Purple Kimono in Harajuku and a Matsuri

On this weekend, my friend H from college back in San Diego invited me to his hometown’s summer festival (matsuri).  I had never been to a matsuri before, and decided it would probably be fun to go dressed in traditional Japanese clothing.  I put on my purple kimono that I had gotten from the Dazaifu market near Fukuoka the year before.  Traditionally, you are supposed to wear light weight yukata in the summer, and the heavier silk kimono in the winter, but I was feeling the purple that day, screw the heat.  I was quite early getting ready thanks to 8am classes everyday, and since it was a Sunday, I went to say hi to my friends in Harajuku for a couple of hours.  The photographers there are quite nice, and even though I wasn’t dressed fashionably, they still took pictures for me to remember the occasion.  I never really lived it down though, as after this day one of the photographers decided it would be fun to gift me traditional clothing randomly during my visits sometimes.
Most of my photos are still back in Tokyo, and I liked this one, but didn’t get a chance to properly scan it yet.
After a while, H called me and I met him at the station.  When we arrived, I wasn’t expecting anything big, living in the United States we don’t have any street festivals, we only have a summer fair which you have to pay to enter.  This was amazing, the street entrance was decorated with paper lamps and hanging canopies of intricate origami.  There were street stalls lined up on each side, food, sweets, games to play, trinkets to buy.  Of course we had to take in the full experience, so I tried my luck catching gold fish with a paper net, and managed to win a couple!  They told me the trick is to dip and flick the fish into the bowl quickly.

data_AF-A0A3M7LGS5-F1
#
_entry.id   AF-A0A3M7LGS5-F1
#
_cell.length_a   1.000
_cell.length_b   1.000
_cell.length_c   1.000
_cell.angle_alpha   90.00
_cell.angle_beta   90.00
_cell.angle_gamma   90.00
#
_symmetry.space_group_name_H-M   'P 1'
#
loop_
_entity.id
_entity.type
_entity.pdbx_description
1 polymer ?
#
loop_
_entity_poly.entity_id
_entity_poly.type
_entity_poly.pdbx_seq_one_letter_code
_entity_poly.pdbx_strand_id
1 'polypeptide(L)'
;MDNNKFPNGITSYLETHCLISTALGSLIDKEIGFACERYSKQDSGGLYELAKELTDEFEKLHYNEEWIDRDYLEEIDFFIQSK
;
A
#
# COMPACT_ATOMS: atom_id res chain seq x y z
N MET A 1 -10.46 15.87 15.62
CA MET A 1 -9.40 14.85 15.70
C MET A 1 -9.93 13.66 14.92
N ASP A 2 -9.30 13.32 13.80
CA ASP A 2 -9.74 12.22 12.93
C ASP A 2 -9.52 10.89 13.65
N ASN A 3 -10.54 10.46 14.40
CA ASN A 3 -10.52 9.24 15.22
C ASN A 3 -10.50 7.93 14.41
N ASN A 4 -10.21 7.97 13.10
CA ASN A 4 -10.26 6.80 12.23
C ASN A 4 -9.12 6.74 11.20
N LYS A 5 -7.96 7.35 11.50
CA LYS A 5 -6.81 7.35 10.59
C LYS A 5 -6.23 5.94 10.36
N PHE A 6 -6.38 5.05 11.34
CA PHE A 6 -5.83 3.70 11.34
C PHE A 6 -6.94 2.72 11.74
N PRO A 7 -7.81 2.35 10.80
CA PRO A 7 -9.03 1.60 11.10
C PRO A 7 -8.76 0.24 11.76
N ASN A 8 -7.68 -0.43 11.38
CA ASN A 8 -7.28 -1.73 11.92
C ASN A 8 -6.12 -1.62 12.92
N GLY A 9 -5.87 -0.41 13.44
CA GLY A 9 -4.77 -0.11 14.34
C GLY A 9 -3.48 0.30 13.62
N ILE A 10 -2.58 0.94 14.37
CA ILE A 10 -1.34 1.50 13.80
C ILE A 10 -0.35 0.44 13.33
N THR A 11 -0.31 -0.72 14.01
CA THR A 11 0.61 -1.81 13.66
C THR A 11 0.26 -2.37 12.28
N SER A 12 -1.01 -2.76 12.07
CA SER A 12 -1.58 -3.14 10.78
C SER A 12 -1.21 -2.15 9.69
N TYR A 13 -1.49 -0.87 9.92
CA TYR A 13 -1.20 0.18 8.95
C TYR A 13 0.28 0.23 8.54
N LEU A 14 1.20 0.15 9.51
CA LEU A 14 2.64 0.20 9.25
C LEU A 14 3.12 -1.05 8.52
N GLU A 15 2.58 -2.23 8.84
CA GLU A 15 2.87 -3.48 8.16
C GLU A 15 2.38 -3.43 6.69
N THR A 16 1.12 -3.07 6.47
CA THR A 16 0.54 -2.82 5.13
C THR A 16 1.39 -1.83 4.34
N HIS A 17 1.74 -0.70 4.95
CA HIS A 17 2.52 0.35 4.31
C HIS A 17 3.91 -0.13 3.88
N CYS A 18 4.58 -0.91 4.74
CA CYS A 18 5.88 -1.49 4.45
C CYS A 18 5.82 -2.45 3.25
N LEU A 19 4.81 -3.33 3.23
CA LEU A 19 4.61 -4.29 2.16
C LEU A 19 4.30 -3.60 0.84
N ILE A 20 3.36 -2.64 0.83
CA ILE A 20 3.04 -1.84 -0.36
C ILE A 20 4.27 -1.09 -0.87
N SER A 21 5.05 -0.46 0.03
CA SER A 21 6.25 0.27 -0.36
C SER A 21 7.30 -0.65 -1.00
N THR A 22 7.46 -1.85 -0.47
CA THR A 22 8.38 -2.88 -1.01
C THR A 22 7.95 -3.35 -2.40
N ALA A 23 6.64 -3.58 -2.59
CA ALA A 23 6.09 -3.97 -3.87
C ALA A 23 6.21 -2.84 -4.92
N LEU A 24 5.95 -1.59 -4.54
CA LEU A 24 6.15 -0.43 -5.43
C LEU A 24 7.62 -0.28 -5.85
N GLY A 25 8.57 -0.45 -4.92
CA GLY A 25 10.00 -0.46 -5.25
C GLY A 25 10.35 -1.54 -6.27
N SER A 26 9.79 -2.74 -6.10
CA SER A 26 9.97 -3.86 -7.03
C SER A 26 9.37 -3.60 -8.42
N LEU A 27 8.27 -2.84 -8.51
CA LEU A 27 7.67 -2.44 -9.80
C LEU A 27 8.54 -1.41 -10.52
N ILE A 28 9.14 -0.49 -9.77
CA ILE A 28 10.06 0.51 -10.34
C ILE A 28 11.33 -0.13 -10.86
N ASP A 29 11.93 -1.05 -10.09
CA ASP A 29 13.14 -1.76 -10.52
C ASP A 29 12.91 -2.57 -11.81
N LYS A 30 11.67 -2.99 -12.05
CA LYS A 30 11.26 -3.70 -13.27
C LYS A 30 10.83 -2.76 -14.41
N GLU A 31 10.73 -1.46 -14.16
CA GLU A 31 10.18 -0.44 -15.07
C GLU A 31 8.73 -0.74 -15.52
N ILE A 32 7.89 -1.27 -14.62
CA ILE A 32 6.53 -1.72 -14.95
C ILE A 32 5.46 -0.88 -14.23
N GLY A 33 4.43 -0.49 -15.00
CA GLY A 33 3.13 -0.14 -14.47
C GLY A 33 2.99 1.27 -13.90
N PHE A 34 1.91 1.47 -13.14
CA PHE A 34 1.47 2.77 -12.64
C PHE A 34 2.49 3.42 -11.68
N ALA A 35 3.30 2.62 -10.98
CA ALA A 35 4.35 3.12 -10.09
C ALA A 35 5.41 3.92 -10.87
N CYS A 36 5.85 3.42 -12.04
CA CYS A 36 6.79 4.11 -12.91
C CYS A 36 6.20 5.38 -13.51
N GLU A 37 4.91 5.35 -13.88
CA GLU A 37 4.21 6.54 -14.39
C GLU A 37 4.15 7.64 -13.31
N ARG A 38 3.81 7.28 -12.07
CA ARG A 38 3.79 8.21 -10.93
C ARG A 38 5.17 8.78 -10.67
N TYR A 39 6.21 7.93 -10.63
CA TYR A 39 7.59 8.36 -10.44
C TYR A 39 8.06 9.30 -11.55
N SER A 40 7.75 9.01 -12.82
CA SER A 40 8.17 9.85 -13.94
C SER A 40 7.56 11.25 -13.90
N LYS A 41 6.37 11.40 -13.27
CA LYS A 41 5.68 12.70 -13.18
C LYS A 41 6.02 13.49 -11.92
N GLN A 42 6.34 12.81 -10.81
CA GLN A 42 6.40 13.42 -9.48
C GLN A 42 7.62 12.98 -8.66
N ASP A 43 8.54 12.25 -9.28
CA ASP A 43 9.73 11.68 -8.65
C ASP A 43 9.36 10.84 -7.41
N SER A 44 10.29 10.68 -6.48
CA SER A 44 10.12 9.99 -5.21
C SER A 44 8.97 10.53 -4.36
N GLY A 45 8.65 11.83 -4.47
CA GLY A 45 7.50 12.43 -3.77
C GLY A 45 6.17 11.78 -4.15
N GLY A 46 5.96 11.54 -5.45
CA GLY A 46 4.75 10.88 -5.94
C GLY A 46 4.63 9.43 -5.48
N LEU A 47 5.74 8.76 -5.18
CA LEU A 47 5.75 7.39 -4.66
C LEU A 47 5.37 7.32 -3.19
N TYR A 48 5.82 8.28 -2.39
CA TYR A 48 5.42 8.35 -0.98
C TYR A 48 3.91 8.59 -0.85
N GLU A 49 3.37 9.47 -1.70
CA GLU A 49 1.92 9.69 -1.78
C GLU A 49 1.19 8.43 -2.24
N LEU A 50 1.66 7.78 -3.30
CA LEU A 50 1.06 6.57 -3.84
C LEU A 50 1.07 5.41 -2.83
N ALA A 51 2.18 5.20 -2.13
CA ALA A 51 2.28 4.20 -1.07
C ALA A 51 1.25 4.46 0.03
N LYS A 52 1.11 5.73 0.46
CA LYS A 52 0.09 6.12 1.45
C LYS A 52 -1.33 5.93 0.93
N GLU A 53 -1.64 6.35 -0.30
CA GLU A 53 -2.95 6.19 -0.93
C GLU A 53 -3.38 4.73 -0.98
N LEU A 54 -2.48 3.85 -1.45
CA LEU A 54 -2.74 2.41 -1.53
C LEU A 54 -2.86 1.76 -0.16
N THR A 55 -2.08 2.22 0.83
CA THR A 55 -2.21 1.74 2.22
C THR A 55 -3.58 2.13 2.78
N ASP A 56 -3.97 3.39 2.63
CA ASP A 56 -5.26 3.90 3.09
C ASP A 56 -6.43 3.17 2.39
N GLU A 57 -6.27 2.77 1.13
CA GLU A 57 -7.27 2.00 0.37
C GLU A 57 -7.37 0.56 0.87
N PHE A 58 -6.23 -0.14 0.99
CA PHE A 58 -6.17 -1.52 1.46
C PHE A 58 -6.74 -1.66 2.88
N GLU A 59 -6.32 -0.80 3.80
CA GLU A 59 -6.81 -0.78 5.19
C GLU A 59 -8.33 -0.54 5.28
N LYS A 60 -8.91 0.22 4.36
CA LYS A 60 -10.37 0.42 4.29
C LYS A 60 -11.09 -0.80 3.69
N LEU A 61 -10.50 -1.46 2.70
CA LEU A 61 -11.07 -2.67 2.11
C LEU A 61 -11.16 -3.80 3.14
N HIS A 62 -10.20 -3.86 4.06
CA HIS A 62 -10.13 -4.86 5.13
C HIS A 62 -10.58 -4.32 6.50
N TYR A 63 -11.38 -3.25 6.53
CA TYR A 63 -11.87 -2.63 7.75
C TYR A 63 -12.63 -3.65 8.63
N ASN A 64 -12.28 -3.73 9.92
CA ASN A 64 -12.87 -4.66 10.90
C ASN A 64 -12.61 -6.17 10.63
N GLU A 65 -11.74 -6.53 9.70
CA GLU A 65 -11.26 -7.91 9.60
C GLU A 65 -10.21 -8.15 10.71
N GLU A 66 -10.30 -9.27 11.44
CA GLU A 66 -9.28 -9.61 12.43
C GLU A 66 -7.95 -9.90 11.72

H really wanted to try the baby turtle game, where you have to pick one up inside of a small bowl similar to an ice cream cone that is very loosely attached to a wire.  The moment the bowl gets soggy from the water, it falls right off, so you have to be fast.
There were so many food stalls.  I wanted to try everything, but settled on some buttered baked potatoes, and H wanted me to try their local takoyaki.  It was so delicious I forgot to take a picture of it.  I did manage to take pictures of the food I didn’t eat though.
Chocolate dipped bananas on a stick with little cookie hats.
Doraimon yaki, similar to a double sided pancake with filling.
Cooked baby octopus for some serious takoyaki.
Character lollipops and other sugar designs
Grilled whole squid on a stick.
Entrance to the matsuri.
Festival workers in bandanas and blue shirts.
Festival decorations with random English.
Taiko drum stand provides musical ambiance.
Another theater stand.
Matsuri parade dancers stepping on their tip toes to the beat of the drums.
More matsuri parade dancers.
Hilarious game stall.  You had to shoot and knock over what you wanted, which ranged from Nintendo gameboys, to porn movies.
Another hilarious stall, selling realistic toy guns to children.

Leave a Reply

Fill in your details below or click an icon to log in:

WordPress.com Logo

You are commenting using your WordPress.com account. Log Out /  Change )

Google photo

You are commenting using your Google account. Log Out /  Change )

Twitter picture

You are commenting using your Twitter account. Log Out /  Change )

Facebook photo

You are commenting using your Facebook account. Log Out /  Change )

Connecting to %s